Even when you know which foods you should choose for your health, being able to pay for those foods might be hard, especially if you are on a fixed income. Start by deciding how much you can afford to spend on food. There are websites that can help you plan a food budget. For example, the U.S. Department of Agriculture supports the website Spend Smart-Eat Smart through Iowa State University. This website also has inexpensive recipes based on the Dietary Guidelines.
If you don’t have access to the Internet, you can call the Iowa State University Extension offices at 1-515-296-5883. Their staff will help you develop a food budget.
Once you have a budget, read the store ads in the newspaper to see what is on sale. Try to plan some meals around featured items, and pick up some extra canned goods or staples that are on sale. But, stocking up on sale items only makes good sense if they are foods you would buy anyway. And check the expiration or use-by date. A product might be on sale because it is almost out of date. Choose items with dates farthest in the future.
Some ways to save money when grocery shopping are:
- Ask about discounts. Ask your local grocery stores if they have a senior discount or a loyalty or discount card. Besides getting items at a lower price, you may also get store coupons.
- Use coupons to help you save money. Remember that coupons only help if they are for things you would buy anyway. Sometimes, another brand costs less even after you use the coupon.
- Consider store brands—they usually cost less. These products are made under a special label, sometimes with the store name. You might have to look on shelves that are higher or lower than eye level to find them.
- Be aware that convenience costs more. You can often save money if you are willing to do a little work. For example, buy whole chickens and cut them into parts; shred or grate your own cheese; make your own yogurt smoothie; and avoid instant rice or instant oatmeal. Bagged salad mixes cost more and might not stay fresh as long as a head of lettuce.
- Look at unit prices. Those small stickers on the shelves tell you the price but also the unit price—how much the item costs per ounce, per pound, or for a standard number. Compare unit prices to see which brand is the best value.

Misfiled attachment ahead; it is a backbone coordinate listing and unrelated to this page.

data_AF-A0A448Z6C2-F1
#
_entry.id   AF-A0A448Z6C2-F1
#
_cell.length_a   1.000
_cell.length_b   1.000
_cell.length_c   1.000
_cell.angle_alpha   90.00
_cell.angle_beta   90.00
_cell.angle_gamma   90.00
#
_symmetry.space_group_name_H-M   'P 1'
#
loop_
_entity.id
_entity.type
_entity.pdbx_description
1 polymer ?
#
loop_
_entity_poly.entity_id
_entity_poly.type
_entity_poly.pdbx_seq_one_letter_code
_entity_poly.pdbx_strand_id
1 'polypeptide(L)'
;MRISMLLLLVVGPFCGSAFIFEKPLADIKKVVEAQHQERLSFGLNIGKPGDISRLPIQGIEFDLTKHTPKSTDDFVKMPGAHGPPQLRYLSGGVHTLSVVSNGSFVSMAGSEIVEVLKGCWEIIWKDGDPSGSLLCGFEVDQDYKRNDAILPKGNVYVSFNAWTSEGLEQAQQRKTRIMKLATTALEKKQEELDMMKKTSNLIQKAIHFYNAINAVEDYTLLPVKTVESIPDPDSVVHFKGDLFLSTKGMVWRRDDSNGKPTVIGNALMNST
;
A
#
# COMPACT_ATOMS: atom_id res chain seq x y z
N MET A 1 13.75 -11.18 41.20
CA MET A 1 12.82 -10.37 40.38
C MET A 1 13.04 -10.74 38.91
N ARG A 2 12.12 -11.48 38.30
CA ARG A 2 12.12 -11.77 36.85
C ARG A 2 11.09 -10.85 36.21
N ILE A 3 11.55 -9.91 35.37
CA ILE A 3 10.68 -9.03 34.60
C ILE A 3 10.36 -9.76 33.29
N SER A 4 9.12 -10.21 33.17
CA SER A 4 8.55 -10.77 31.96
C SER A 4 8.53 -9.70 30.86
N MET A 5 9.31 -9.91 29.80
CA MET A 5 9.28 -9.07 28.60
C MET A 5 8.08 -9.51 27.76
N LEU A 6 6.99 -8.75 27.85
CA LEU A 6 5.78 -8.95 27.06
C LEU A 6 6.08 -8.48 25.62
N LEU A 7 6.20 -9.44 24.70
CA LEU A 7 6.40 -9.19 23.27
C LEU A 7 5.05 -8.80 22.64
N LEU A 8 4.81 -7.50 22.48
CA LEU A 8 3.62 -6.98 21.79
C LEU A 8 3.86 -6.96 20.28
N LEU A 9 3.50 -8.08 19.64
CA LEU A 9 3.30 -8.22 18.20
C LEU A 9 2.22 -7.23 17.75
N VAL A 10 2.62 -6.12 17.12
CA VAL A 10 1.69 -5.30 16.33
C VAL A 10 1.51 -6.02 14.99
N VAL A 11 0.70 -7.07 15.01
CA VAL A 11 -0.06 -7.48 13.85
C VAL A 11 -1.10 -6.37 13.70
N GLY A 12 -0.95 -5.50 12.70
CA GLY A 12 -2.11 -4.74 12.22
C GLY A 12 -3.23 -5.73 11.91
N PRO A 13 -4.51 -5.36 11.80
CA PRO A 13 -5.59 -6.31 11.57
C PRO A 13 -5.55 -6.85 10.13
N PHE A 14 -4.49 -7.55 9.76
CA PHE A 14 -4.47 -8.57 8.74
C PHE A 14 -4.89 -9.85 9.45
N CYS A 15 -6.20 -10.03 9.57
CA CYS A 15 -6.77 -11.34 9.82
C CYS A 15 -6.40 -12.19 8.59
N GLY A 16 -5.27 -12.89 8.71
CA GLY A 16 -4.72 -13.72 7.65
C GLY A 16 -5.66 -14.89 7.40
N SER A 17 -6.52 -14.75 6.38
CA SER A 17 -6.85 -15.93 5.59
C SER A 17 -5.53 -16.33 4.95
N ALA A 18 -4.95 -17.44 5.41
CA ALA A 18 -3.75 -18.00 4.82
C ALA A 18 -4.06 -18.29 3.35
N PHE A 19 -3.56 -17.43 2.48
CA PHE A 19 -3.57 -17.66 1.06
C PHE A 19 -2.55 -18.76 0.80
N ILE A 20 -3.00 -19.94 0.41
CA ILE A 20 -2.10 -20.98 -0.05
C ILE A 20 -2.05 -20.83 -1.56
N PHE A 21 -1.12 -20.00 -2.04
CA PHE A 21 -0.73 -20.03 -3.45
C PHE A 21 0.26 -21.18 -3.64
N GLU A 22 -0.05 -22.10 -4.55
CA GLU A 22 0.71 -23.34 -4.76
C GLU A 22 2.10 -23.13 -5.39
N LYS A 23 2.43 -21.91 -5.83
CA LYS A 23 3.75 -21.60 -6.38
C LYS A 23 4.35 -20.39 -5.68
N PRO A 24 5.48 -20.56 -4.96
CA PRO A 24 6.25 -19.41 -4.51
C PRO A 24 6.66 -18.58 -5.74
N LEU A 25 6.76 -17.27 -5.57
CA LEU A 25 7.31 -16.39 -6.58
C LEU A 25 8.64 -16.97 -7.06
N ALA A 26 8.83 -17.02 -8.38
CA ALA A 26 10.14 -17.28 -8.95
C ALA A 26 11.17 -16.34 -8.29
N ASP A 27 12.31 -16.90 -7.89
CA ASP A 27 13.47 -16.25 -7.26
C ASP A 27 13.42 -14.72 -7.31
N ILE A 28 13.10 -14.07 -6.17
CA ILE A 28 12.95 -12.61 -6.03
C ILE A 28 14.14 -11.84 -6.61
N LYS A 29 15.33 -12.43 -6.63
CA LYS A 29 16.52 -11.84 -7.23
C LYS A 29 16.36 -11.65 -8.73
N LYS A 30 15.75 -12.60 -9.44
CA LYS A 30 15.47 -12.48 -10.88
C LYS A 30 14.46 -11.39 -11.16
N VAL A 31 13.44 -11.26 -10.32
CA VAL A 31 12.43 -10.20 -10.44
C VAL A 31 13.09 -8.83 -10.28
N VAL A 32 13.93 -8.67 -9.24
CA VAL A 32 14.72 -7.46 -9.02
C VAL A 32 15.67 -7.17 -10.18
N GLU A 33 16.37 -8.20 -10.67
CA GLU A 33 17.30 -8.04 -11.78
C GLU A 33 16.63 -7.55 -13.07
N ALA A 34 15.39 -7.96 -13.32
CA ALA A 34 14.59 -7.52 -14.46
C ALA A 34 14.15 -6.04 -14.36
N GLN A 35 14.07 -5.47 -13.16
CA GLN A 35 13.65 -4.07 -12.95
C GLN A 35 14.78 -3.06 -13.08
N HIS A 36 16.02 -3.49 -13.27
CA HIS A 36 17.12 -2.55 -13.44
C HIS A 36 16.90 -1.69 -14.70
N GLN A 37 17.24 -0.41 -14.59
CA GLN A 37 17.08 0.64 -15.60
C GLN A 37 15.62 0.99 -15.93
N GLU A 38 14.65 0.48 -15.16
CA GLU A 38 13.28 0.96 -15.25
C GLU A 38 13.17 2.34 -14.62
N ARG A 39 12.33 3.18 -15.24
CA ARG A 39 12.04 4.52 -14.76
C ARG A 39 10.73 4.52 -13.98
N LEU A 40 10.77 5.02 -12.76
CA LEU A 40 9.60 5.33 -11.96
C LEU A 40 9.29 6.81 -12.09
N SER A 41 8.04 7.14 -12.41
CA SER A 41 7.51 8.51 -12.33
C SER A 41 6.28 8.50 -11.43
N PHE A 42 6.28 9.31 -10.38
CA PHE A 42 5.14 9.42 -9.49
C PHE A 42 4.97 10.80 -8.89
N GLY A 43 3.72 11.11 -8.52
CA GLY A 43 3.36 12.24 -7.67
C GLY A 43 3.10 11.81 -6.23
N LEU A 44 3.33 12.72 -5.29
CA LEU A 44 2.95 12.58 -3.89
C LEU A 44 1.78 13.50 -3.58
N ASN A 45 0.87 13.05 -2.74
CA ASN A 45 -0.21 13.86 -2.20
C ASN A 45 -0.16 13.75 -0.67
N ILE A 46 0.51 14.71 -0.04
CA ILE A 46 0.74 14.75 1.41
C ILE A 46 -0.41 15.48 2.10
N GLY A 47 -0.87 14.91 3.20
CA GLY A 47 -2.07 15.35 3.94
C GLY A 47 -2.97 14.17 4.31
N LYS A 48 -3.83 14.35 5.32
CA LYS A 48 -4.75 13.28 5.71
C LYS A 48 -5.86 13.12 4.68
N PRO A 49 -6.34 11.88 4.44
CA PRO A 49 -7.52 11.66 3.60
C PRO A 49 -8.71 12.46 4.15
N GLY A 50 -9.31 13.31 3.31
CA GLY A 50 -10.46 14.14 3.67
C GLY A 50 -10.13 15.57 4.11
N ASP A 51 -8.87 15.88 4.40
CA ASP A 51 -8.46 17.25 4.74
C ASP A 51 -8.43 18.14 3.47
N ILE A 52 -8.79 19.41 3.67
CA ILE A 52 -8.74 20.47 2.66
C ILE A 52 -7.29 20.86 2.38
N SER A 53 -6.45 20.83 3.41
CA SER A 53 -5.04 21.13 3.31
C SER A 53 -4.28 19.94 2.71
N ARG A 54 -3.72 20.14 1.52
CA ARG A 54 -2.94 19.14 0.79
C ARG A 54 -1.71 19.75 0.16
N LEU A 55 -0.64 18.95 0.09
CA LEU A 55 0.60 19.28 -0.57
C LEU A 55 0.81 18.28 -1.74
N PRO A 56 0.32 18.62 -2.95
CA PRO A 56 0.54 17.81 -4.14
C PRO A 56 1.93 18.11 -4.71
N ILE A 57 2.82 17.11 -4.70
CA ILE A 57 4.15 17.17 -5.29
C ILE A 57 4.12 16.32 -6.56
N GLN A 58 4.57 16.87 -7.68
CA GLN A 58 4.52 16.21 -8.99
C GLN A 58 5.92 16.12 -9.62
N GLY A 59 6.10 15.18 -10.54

- Try to buy in bulk, but only buy a size you can use before it goes bad. If you buy meat in bulk, decide what you need to use that day and freeze the rest in portion-sized packages right away.
- Focus on economical fruits and vegetables like bananas, apples, oranges, cabbage, sweet potatoes, dark-green leafy vegetables, green peppers, and regular carrots.
- Think about the foods you throw away. For less waste, buy or cook only what you need.
- Resist temptations at the check-out. Those snack foods and candy are put there for impulse buying. Save money and empty calories!
- Make smart choices. Choose less red meat, processed foods, baked goods, and snacks. You’ll save money and make smart food choices too.
National Resources for Locating Help with Food Costs
There are several ways to learn more about programs that offer help with meals or food costs. You could contact each program listed above separately, or you could use one of these services:
- Eldercare Locator or call 1-800-677-1116 (toll-free)
- Federal and state benefit information or call 1-800-333-4636 (toll-free)
- National Council on Aging
No matter how careful you are, the cost of food can still eat up a big part of your budget. There may be additional help. For more resources to help with shopping and food costs, visit Learn More.
While some older people have trouble finding enough money to buy food, others need help preparing meals. There are a variety of groups around the country that deliver meals to people who have trouble getting out of their homes. These groups usually offer one hot meal a day. One of the largest is the Meals on Wheels Association of America.
What's On Your Plate? is based on the nutrition recommendations for older adults in the Dietary Guidelines for Americans, 2010 from the U.S. Department of Agriculture (USDA) and the U.S. Department of Health and Human Services (HHS).